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Insights & Events > Book Review  – How Mass Migration Will Reshape the World

Book Review  – How Mass Migration Will Reshape the World


Parag Khanna’s book, Move: How Mass Migration Will Reshape the World- and What it Means for you masterfully nurtures the exploration of human destiny within a geopolitical framework. A real page tuner, Khanna probes his readers to consider what the world will look like in the year 2050, as he examines the complex interplay climate change will have on global governance, economies, technologies, and material resources.

As a global strategy advisor, it is clear that Khanna’s career has profoundly influenced his writing. He characterises his vision of the future in terms of greater mobility and sustainability. Initially, Khanna tantalizes the reader with a utopian vision of open borders. In an era marked by the resurgence of nationalism and populism, porous borders seem inconceivable. However, as his work unfolds, he reveals that this vision comes with a caveat.

The primary lesson that Khanna offers is that human life has never been stationary. In the prologue, he sets the stage by discussing the recent memory of the COVID-19 pandemic. This context places crises and global transformation within an ongoing metanarrative. Khanna positions the pandemic, and now the imminent issues of climate change alongside out historical experiences of genocide, war, and revolution. Consequently, this book should be regarded as a valuable enticement to discover how this incoming seismic shift will further reshape the planet’s human landscape.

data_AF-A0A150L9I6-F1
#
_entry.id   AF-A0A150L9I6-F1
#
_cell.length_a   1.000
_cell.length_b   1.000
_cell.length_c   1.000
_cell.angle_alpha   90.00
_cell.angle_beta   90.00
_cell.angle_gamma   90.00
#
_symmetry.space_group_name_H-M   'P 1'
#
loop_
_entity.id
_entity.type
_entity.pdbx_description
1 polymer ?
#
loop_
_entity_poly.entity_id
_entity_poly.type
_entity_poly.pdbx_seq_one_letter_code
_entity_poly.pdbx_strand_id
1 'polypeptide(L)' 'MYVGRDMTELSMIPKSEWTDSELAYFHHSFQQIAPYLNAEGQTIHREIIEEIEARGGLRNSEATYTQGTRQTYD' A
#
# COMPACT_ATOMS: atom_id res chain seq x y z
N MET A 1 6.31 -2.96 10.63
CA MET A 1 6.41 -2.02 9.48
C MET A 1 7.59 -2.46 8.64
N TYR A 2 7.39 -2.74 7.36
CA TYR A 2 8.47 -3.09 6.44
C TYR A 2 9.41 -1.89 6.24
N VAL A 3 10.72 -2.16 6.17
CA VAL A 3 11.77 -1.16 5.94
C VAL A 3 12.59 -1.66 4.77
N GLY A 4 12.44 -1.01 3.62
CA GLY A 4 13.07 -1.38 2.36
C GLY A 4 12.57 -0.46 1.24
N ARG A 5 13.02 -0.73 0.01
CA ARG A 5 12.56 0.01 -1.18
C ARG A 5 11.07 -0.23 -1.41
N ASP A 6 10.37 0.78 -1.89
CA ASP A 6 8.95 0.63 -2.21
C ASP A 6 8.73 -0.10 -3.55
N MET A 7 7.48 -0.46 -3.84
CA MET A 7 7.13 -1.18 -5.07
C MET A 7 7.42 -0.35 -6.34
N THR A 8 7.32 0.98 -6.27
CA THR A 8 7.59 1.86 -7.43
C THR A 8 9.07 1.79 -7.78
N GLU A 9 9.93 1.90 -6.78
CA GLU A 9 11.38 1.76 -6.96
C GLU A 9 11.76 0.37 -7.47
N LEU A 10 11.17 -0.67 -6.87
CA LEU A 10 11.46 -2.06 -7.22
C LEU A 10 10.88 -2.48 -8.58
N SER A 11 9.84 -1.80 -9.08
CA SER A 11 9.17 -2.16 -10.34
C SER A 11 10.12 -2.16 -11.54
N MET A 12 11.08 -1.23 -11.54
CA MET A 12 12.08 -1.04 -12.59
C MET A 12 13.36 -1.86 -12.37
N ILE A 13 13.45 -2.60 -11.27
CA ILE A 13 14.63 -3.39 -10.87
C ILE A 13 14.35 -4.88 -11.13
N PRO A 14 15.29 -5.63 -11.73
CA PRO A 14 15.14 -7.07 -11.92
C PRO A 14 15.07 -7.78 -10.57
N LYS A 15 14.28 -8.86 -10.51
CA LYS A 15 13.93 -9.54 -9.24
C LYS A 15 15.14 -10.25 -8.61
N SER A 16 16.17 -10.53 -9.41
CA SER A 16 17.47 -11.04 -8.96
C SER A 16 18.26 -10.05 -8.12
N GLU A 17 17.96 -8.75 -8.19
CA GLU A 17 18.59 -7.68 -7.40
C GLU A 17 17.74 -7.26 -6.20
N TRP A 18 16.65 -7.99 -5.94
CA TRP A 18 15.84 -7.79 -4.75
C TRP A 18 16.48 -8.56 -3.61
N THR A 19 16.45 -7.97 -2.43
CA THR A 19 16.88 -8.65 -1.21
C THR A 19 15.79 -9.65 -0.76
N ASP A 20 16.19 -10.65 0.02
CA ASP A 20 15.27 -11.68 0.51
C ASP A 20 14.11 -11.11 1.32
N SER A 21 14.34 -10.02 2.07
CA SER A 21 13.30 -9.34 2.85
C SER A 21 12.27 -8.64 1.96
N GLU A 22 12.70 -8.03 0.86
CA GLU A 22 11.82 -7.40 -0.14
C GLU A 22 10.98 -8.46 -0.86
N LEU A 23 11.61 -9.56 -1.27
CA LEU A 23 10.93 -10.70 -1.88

Without giving too much away, throughout the chapters, Khanna meticulously examines the consequences of geographic dispersion caused by global warming. He urges the reader to critically engage with the intricate relationship between humanity and its environment. His guidance leads readers to contemplate how mass migration will render entire geographic entities obsolete and gives them insight into what a Malthusian crisis could look like in this futuristic framework.

Despite the book being rooted in counterfactualism, the author’s authoritative tone imbues the book with a captivating and convincing narrative on human destiny. Khanna is able to traverse the tentative topic of climate change without stimulating feelings of nihilism and eco-anxiety in his audience. Khanna cleverly positions the future as something to actively prepare for. His detailed insight into the global landscape in the years leading up to 2050 instils a sense of agency and preparedness in the face of immense global challenge.


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Theadora Wilson
Final year history student at Durham University and former Intern at Changes Immigration